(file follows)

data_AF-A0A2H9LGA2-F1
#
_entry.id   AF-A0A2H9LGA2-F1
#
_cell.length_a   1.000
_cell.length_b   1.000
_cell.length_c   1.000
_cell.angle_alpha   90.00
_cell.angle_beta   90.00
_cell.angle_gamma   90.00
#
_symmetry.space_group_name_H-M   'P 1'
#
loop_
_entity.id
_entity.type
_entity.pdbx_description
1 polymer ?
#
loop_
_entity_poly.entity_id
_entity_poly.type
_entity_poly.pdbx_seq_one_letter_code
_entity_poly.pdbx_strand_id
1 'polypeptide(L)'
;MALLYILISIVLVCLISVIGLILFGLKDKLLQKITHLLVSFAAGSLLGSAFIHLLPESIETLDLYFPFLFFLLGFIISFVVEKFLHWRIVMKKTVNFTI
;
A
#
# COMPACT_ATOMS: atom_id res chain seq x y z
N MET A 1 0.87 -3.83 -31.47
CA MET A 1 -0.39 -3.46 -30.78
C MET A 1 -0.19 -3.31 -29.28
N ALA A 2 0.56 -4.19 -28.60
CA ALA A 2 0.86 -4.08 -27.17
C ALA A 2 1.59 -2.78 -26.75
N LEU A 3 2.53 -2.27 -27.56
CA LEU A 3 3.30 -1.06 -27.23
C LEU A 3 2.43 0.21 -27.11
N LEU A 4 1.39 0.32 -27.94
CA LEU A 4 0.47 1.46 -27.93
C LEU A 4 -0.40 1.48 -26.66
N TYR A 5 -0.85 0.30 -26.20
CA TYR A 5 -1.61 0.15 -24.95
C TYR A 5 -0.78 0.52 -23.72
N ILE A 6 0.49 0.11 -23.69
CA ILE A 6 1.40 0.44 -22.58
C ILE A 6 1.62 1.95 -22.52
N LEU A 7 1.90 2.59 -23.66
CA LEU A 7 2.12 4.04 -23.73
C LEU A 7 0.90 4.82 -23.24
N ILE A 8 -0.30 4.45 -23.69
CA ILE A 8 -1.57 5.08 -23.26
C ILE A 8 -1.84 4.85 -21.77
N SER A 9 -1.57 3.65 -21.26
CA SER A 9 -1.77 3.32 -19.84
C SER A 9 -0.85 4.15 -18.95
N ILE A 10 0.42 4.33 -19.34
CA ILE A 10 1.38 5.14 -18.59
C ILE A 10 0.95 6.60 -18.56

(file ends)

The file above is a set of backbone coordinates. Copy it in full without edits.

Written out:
data_AF-A0A2H9LGA2-F1
#
_entry.id   AF-A0A2H9LGA2-F1
#
_cell.length_a   1.000
_cell.length_b   1.000
_cell.length_c   1.000
_cell.angle_alpha   90.00
_cell.angle_beta   90.00
_cell.angle_gamma   90.00
#
_symmetry.space_group_name_H-M   'P 1'
#
loop_
_entity.id
_entity.type
_entity.pdbx_description
1 polymer ?
#
loop_
_entity_poly.entity_id
_entity_poly.type
_entity_poly.pdbx_seq_one_letter_code
_entity_poly.pdbx_strand_id
1 'polypeptide(L)'
;MALLYILISIVLVCLISVIGLILFGLKDKLLQKITHLLVSFAAGSLLGSAFIHLLPESIETLDLYFPFLFFLLGFIISFVVEKFLHWRIVMKKTVNFTI
;
A
#
# COMPACT_ATOMS: atom_id res chain seq x y z
N MET A 1 0.87 -3.83 -31.47
CA MET A 1 -0.39 -3.46 -30.78
C MET A 1 -0.19 -3.31 -29.28
N ALA A 2 0.56 -4.19 -28.60
CA ALA A 2 0.86 -4.08 -27.17
C ALA A 2 1.59 -2.78 -26.75
N LEU A 3 2.53 -2.27 -27.56
CA LEU A 3 3.30 -1.06 -27.23
C LEU A 3 2.43 0.21 -27.11
N LEU A 4 1.39 0.32 -27.94
CA LEU A 4 0.47 1.46 -27.93
C LEU A 4 -0.40 1.48 -26.66
N TYR A 5 -0.85 0.30 -26.20
CA TYR A 5 -1.61 0.15 -24.95
C TYR A 5 -0.78 0.52 -23.72
N ILE A 6 0.49 0.11 -23.69
CA ILE A 6 1.40 0.44 -22.58
C ILE A 6 1.62 1.95 -22.52
N LEU A 7 1.90 2.59 -23.66
CA LEU A 7 2.12 4.04 -23.73
C LEU A 7 0.90 4.82 -23.24
N ILE A 8 -0.30 4.45 -23.69
CA ILE A 8 -1.57 5.08 -23.26
C ILE A 8 -1.84 4.85 -21.77
N SER A 9 -1.57 3.65 -21.26
CA SER A 9 -1.77 3.32 -19.84
C SER A 9 -0.85 4.15 -18.95
N ILE A 10 0.42 4.33 -19.34
CA ILE A 10 1.38 5.14 -18.59
C ILE A 10 0.95 6.60 -18.56